One morning before dawn at her regal country estate, Lady Lavinia Truelove is crushed to death by a horse. Classified as "death by misadventure," this appears a gruesome accident, but Scotland Yard detective Joe Sandilands suspects foul play - a misgiving he is struggling to separate from his personal grievances toward Sir James Truelove, who is Lady Lavinia's widower and the influential academic patron of Dorcas Joliffe, whom Joe one day hopes to marry. As Joe's investigation yields surprising secrets about one of England's most powerful families, he discovers how little he knew about not only the gilded lives of the moneyed but also his relationship with Dorcas. Is Joe prepared to risk a future with the girl he loves to uncover the truth behind Lady Truelove's death?
©2014 Barbara Cleverly (P)2014 Blackstone Audio, Inc.
I almost have a hard time believing Barbara Cleverly wrote this hot mess. I have listened to many of the Joe Sandiland books and enjoyed them. I can say I finished this one only to see how Joe and Dorcas' relationship was resolved. Even that wasn't satisfactory. In fact, the ending as a whole left me shaking my head in wonder.
The bizzare reading of Sandiland's voice by Matthew Brenhen made the listen a trial. Where is Joe’s suave and cultured voice of the past. Sandiland’s working class voice (at least to me) doesn’t fit with his continued references to poems about the ancient goddess Diana, his knowledge of English miniatures painters, and other highbrow subjects. Other voices were inconsistent.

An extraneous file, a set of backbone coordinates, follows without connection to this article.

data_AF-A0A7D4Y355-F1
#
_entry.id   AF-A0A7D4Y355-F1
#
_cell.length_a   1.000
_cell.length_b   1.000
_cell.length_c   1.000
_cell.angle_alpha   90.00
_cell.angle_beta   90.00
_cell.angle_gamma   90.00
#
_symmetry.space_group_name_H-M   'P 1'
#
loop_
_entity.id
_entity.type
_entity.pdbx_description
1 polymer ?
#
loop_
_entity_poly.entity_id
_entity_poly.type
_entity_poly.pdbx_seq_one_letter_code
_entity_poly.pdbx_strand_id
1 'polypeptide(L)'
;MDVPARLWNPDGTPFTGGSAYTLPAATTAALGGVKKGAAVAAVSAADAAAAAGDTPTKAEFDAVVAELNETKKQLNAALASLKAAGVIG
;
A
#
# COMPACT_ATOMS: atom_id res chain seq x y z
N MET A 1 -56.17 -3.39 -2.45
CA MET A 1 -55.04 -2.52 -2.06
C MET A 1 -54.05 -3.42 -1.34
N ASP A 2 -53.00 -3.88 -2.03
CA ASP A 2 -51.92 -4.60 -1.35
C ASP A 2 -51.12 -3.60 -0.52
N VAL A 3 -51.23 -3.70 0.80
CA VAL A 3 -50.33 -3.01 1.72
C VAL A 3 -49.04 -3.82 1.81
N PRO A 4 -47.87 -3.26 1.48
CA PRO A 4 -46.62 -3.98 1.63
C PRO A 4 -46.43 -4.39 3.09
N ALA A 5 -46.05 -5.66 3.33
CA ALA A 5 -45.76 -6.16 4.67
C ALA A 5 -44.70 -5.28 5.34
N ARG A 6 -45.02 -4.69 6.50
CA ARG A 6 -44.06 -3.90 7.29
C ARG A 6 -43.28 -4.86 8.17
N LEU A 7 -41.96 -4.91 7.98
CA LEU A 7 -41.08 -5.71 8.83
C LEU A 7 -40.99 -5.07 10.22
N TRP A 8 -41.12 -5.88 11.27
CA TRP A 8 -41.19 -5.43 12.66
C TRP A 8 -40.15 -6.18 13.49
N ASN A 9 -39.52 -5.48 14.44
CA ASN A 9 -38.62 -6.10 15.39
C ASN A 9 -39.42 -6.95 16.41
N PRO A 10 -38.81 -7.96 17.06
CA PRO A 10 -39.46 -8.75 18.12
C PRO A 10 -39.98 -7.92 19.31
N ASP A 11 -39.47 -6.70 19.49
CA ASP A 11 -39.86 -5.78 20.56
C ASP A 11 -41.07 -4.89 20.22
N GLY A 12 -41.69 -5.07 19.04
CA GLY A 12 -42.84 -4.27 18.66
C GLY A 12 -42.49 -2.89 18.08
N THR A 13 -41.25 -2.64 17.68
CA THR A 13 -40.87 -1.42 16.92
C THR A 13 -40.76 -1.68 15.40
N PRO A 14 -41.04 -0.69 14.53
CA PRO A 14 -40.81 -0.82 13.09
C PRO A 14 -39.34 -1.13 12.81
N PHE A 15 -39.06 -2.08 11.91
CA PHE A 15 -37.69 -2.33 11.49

The narrative is often interrupted by excessive author intrusive lectures/information on subjects such as miniature painting and the goddess Dianna that could have been covered in one or two sentences because they play only a slim role in the overall story. Worse, it was often unlikely that the characters in the scene at the time would have been familiar with or bothered to think about the subject matter. I often felt disconnected from the scenes and the characters.
I am now forced to wonder if more entertaining readings of previous books made me overlook weakness in the writing or if this volume just needed serious editing. an editor needed to stamp "show don't tell" on almost every sentence.
I have loved all of Barbara Cleverley's literate and nuanced Joe Sandilands novels, including this one, but the narrator, Matthew Brenher, chooses to give Joe Sandilands a lower-class London accent, even Cockney. It doesn't seem to me to be in keeping with the character's background. I found it disorienting, as if the character had changed backgrounds, as in the previous novels, Terry Wale and Simon Prebble had given him a public school, university, ex-office- in-the-First-World-War-British army accent. Joe Sandilands is Scottish and though there hadn't been a hint of Scots in the other narrators' voices, at least a Scottish accent would have been in keeping with Sandilands' background. Why would he talk like a Cockney? Apart from that, this is a great book.
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